The reasons why projects are not products

There are great projects. You can go to the moon. You can build a house. You can write a novel. Completing a project does not mean that there is a product.

What is the difference between a project and a product?

So what makes a product different from a project? Lots of organizations claim to be product-focused. But they typically are selling projects. We will build you what you want. This is a pull-based model. The client is requesting delivery, and that is a boolean result. The vendor will manage to scope/time/budget. When they are done, they are done. The client's business results are entirely for them to manage. The vendor steps away and whatever happens, happens.

Products are an evolving, continuous investment. Building a product means that there is an ongoing commitment to continuously improve the deliverable, seek a business result, and explore new opportunities. For an external firm to truly be committed to product development for their clients, they must have a vested interest in the business outcome - not just the deliverable.

Projects start and end - products are forever.

This means that there is consistent, open-ended risk to product development. There is a daily risk of failure with endless upside on success. To engage in product development, you need to accept that there is no definition of done. There is no acceptance process outside of the market.

Products mean that risk is open-ended

A product is the packaging of assets to meet the need of a market at a price point where value is being maximized for the producer and the consumer. This is not finite. Telecom companies consistently reconfigure their offerings to address new markets. They bundle, unbundle, discount, and reposition each offering to meet the needs of a particular market. Bakeries can make cakes but they can also make muffins and donuts and if they want - pot pies and quiche. Product teams need to consistently evaluate how they can maximize the value gathered from existing markets and how to expand into additional markets.

Products are never done. If products were done, we wouldn't have an iPhone 11 or the Google Pixel 4. Product teams need to continuously evaluate how they are delivering to the market and where their differentiation leads to price advantages. Working on a product means endless refinement and discovery of markets, and repackaging assets to fit a price point where those markets will buy.

This means that there is consistent, open-ended risk to product development. There is a daily risk of failure with endless upside on success. To engage in product development, you need to accept that there is no definition of done. There is no acceptance process outside of the market.

Projects are about boundaries

On the contrary, projects are defined by the fact that their risk can be identified, managed, and mitigated. A project has a defined deliverable, a budget, and a timeline. Products may have milestones, but these milestones are an endless march towards continuous improvement. Projects have milestones that are mile markers in a marathon - they are a percentage complete or some level of estimating proximity to done.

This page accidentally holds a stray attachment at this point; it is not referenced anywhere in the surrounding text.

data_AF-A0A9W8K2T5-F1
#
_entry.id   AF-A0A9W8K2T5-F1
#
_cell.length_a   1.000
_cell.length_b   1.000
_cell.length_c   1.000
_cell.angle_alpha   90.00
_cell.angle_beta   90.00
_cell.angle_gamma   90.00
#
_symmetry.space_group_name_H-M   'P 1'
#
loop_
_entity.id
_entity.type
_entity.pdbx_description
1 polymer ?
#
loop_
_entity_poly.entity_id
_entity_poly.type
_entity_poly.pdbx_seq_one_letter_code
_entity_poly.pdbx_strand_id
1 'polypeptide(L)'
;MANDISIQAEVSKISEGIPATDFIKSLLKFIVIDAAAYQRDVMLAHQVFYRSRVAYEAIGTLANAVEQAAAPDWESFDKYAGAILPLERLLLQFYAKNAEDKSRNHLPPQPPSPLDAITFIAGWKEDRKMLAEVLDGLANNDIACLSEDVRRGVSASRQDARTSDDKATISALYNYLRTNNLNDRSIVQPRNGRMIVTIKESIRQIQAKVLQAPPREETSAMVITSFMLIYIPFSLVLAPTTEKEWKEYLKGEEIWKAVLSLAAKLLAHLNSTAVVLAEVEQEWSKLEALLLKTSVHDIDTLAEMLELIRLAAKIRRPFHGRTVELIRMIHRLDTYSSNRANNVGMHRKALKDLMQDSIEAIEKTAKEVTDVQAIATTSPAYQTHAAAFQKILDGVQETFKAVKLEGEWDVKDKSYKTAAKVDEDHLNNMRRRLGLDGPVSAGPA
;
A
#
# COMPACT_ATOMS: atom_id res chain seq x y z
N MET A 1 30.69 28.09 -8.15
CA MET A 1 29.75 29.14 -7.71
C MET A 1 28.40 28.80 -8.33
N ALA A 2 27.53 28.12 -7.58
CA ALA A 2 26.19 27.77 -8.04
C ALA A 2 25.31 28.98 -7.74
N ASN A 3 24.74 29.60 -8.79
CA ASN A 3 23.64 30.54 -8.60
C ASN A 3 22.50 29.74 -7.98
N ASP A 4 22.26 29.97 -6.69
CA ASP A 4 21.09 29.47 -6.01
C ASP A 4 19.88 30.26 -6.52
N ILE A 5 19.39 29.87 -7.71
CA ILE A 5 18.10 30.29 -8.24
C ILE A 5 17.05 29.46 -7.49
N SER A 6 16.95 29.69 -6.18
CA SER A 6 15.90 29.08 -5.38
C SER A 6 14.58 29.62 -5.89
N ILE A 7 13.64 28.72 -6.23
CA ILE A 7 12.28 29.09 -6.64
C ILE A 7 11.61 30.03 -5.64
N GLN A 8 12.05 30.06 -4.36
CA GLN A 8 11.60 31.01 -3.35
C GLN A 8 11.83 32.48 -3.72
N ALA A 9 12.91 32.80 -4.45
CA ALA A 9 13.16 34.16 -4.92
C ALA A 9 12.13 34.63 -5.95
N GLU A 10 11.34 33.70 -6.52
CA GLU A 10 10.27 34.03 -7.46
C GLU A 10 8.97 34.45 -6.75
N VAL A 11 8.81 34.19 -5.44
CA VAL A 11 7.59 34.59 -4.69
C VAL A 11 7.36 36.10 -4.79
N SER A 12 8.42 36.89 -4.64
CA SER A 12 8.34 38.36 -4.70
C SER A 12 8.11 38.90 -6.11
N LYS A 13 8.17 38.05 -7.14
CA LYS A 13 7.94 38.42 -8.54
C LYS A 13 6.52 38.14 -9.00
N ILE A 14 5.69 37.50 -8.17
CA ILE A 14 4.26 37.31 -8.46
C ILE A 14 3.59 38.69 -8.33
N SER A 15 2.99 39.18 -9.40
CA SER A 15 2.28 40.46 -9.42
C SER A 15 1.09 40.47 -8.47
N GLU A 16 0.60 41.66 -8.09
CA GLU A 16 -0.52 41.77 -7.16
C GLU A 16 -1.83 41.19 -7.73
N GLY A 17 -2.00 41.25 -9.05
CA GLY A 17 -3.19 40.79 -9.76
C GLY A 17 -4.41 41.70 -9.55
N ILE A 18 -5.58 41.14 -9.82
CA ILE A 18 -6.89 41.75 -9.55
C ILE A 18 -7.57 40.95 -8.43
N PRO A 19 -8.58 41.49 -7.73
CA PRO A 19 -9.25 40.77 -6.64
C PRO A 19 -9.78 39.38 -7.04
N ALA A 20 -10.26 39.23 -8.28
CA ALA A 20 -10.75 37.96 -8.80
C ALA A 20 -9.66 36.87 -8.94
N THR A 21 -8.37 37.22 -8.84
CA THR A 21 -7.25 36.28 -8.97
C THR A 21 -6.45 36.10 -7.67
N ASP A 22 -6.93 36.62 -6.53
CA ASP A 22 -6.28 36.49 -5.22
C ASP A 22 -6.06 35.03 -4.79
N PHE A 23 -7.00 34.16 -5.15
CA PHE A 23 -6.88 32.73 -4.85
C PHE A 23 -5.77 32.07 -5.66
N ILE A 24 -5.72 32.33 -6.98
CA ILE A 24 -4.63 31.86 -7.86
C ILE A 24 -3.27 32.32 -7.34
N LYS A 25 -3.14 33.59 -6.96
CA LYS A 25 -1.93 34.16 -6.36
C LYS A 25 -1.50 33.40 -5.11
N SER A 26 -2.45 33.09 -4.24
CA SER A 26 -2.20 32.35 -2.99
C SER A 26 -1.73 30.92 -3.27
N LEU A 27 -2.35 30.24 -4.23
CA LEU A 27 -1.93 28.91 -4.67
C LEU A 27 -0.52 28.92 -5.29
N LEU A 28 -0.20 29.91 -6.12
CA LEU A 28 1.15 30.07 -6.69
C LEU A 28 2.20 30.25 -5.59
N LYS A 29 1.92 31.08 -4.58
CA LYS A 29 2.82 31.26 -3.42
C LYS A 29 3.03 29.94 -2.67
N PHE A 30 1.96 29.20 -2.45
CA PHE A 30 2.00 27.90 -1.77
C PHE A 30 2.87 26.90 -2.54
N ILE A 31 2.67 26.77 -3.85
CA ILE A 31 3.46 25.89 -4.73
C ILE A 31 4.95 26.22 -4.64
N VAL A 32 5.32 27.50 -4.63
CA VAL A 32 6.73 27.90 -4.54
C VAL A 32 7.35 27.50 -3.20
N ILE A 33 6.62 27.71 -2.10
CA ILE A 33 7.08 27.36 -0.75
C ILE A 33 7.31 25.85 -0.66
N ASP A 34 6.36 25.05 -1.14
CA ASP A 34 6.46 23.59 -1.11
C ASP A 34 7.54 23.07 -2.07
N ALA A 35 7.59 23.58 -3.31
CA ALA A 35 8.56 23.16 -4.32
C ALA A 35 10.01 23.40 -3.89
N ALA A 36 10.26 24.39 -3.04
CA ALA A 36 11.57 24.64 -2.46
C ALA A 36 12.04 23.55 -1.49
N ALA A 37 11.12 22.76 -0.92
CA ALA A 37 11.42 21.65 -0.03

Projects are the meat of outsourcing and consulting because they have boundaries that protect them from risk. A consultancy can define what they are willing to do and what they are to be paid for. They will write contracts that define these boundaries, and good ones will be sure to memorialize where their responsibilities start and end as to not get involved in things beyond their scope. My meat and potatoes has been technology consulting. We will build you a mobile app. But we will not ensure you get downloads (unless we get paid), we will not ensure you get in-app purchases (unless we get paid), we will not ensure that anyone loves your app besides you (and then we REALLY need to get paid!).

Outsourcing companies do not build products. They build assets for their clients to productize at their own risk.

Build your own products and use projects to be cost effective

Once you understand that a product is the amortization of an asset, and that projects build assets - then we can effectively begin to place our bets.

If an external firm wants to build your product - as the buyer you need to determine what assets you need to have built. A house is either constructed or it is not. Bread is either baked or it is raw. Create projects that build assets that you can add to a portfolio.

Products are the commercialization of assets. Once you have a software platform or a technology, the goal of a product team is to find the ways to position, package, and price the asset so that it can generate revenue. Project teams do not have any alignment with revenue - they deliver what they are asked to deliver. If you are selling product development services - you must be prepared to share the risk in the market of how the asset that is being sold is adopted by the consumer.

Ryan Norris Ryan Norris

Ryan is the former Chief Product Officer at Medullan, CTO at Be the Partner, and CTO and General Manager at Vitals. He currently works as a fractional CTO offering strategy as a service to growth-stage companies in health care and education.

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